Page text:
Mechanical strain-enabled reconstitution of dynamic environment in organ-on-a-chip platforms: a review
Research output: Contribution to journal › Article › peer-review
Colleges, School and Institutes
Organ-on-a-chip (OOC) uses the microfluidic 3D cell culture principle to reproduce organ- or tissue-level functionality at a small scale instead of replicating the entire human organ. This provides an alternative to animal models for drug development and environmental toxicology screening. In addition to the biomimetic 3D microarchitecture and cell–cell interactions, it has been demonstrated that mechanical stimuli such as shear stress and mechanical strain significantly influence cell behavior and their response to pharmaceuticals. Microfluidics is capable of precisely manipulating the fluid of a microenvironment within a 3D cell culture platform. As a result, many OOC prototypes leverage microfluidic technology to reproduce the mechanically dynamic microenvironment on-chip and achieve enhanced in vitro functional organ models. Unlike shear stress that can be readily generated and precisely controlled using commercial pumping systems, dynamic systems for generating proper levels of mechanical strains are more complicated, and often require miniaturization and specialized designs. As such, this review proposes to summarize innovative microfluidic OOC platforms utilizing mechanical actuators that induce deflection of cultured cells/tissues for replicating the dynamic microenvironment of human organs.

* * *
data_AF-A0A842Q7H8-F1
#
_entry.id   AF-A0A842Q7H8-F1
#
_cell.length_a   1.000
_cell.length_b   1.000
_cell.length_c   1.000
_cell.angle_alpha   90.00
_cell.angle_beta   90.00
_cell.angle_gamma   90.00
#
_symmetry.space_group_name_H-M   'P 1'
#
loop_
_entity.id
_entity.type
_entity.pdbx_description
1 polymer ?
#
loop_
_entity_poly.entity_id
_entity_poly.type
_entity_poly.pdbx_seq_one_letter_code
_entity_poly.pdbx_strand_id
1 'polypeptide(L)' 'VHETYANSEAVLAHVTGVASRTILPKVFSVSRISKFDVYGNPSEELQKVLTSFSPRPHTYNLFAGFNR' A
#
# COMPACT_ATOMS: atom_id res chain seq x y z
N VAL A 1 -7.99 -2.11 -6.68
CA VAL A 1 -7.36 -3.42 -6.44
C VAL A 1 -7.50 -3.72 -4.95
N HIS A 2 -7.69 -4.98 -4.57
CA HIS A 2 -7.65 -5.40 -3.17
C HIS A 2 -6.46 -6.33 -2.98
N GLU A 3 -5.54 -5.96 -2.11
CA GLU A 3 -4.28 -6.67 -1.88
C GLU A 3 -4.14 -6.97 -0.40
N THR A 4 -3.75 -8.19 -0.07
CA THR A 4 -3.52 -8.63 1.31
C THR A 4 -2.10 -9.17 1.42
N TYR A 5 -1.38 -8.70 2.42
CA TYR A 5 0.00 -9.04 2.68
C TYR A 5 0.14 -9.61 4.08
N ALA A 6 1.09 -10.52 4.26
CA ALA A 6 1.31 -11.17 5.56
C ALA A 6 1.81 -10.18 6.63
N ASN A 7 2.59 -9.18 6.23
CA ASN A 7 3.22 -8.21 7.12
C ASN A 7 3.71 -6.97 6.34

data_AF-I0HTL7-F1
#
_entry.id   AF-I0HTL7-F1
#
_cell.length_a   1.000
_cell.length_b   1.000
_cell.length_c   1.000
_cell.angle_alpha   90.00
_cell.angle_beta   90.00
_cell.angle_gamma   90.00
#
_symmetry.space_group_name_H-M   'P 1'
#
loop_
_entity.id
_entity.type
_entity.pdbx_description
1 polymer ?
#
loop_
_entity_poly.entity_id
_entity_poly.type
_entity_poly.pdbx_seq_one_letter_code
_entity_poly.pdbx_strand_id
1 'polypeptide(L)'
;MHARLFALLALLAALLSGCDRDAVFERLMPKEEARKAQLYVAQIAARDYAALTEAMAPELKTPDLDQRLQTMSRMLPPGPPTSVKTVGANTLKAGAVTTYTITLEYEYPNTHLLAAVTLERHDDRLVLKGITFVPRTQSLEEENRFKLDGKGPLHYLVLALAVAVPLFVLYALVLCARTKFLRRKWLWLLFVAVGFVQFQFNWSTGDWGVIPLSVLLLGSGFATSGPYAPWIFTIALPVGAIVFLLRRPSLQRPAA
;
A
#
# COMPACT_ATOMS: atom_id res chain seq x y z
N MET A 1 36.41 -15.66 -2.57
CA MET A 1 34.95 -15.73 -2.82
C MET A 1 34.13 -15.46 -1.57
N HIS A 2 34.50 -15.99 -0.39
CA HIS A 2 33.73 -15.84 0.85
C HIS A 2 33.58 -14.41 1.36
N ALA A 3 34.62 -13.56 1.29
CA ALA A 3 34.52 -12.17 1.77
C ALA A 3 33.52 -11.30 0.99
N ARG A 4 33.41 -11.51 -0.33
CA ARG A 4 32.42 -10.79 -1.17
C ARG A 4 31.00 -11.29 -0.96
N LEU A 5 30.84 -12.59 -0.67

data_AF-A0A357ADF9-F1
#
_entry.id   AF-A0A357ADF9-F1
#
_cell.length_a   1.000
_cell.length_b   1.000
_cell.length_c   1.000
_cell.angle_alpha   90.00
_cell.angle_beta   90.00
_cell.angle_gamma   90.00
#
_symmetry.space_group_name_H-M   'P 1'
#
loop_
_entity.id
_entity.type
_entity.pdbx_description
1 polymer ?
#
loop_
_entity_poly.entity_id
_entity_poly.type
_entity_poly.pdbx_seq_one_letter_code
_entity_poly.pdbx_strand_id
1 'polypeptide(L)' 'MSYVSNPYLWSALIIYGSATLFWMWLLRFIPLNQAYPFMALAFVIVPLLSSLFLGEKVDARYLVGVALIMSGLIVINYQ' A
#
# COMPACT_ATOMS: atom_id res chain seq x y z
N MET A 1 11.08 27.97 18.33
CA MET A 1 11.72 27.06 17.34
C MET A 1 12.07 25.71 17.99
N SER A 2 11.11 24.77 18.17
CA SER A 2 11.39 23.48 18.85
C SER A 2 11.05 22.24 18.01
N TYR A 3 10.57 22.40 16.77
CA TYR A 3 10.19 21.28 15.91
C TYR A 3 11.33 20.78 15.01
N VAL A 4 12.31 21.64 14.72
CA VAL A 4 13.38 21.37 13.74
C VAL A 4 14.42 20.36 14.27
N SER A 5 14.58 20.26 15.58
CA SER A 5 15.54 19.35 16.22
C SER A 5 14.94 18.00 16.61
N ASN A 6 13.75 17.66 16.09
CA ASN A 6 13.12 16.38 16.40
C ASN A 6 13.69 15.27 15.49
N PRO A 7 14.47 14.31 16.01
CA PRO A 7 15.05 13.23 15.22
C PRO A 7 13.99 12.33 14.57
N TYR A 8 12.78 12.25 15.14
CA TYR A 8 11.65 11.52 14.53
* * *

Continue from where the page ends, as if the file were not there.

|Publication status||Published - 28 Jun 2021|